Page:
Statistics are used to inform policies that impact on millions of people. Statistical methods are applied in all fields that involve decision-making, using a body of data to make informed guesses despite lack of definite knowledge.
Statistics have become a key feature of social science, and are applied across a range of disciplines including economics, psychology, political science, sociology and anthropology. Using sources such as surveys, censuses and administrative records, statisticians collect and analyse data to give us large-scale and small-scale impressions of our complex society – building a clearer picture of where we are and where we’re going.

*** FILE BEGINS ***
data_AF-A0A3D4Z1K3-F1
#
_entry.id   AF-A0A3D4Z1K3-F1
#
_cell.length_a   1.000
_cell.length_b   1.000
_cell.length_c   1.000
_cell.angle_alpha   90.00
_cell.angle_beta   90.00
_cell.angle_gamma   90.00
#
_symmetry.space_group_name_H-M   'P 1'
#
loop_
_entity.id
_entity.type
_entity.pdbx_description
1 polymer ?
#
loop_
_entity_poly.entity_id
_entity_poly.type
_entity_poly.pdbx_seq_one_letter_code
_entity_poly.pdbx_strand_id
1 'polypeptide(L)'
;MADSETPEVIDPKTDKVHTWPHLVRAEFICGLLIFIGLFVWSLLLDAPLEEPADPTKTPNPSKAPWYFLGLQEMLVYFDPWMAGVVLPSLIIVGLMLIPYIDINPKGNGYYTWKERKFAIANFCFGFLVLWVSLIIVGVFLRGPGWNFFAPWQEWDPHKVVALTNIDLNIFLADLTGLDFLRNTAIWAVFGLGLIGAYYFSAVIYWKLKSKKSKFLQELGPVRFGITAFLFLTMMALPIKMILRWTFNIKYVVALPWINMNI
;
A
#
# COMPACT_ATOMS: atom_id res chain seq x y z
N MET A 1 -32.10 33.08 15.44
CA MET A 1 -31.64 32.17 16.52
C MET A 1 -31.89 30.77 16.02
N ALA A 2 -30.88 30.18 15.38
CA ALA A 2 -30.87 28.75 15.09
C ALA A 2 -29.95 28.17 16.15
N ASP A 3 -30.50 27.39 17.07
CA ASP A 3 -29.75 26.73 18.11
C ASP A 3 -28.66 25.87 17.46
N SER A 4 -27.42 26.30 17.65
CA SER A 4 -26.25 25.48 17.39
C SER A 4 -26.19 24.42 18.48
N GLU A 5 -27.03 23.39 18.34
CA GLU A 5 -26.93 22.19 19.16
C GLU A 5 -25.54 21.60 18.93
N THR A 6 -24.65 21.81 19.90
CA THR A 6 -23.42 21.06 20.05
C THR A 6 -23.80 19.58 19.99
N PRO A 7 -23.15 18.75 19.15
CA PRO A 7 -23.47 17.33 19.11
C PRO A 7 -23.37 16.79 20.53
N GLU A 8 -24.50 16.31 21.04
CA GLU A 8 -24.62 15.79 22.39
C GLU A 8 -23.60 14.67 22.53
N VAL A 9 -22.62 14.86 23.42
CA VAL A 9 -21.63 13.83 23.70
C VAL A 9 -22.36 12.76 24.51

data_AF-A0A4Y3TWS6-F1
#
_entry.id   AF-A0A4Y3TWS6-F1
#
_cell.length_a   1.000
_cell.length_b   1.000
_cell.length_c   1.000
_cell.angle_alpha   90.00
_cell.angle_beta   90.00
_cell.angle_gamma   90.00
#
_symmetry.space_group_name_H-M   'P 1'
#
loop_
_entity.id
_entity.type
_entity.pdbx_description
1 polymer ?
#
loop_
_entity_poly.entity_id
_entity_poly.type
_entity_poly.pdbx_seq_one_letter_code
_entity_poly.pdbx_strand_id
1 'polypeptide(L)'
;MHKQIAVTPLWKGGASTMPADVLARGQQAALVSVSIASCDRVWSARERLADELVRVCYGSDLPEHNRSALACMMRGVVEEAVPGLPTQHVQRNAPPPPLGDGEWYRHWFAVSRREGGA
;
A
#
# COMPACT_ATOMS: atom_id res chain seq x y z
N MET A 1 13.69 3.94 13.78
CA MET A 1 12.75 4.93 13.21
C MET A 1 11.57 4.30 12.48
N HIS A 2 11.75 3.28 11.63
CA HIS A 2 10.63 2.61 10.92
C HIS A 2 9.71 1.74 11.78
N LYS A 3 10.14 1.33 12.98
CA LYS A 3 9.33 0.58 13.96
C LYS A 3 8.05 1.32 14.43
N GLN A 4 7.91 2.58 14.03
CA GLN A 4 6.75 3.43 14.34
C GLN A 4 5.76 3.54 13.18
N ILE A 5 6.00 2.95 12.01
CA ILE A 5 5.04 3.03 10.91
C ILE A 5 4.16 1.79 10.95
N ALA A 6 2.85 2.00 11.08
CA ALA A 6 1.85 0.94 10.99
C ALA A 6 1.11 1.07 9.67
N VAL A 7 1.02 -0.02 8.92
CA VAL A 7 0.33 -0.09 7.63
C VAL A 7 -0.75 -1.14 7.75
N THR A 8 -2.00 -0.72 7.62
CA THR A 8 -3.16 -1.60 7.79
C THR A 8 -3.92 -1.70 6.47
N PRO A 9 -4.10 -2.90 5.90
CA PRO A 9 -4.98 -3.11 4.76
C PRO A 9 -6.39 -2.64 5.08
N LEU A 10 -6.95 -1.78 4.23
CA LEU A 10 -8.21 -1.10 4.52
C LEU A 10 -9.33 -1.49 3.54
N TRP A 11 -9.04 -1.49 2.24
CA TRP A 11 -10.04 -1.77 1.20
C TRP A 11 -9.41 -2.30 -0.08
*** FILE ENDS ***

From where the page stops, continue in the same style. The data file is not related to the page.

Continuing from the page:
The history of statistics stretches back to the 18th century, but large-scale statistical processing and analysis emerged with the onset of the computer age in the 1960s.
An example of modern statistical analysis is MAP2030 (Modelling Ageing Populations to 2030), a research programme under the New Dynamics of Ageing initiative. MAP2030 used statistics to develop simulation models going up to year 2030, exploring the future needs and resources for long-term elderly care and pension policy.